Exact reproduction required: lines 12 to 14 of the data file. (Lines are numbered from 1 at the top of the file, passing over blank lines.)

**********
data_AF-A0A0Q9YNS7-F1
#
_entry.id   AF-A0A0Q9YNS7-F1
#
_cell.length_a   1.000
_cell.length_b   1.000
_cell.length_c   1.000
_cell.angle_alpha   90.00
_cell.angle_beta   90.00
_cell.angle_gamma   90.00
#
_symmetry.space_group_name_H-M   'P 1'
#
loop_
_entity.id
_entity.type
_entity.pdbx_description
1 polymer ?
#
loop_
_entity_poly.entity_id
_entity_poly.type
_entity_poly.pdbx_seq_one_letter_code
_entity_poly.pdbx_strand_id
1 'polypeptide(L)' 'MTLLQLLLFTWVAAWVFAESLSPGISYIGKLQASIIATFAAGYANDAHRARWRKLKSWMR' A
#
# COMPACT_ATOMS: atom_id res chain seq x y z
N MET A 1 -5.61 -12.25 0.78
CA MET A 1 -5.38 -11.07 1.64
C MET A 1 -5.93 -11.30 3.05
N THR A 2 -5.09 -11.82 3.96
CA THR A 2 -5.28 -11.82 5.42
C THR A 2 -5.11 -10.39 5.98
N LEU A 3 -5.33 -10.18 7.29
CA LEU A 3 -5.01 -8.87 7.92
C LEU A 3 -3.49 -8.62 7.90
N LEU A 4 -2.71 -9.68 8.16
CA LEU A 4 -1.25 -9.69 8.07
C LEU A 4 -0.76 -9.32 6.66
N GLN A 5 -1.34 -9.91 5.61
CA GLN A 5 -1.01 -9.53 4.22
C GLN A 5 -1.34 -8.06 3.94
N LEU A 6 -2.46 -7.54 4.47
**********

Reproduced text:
_symmetry.space_group_name_H-M   'P 1'
#
loop_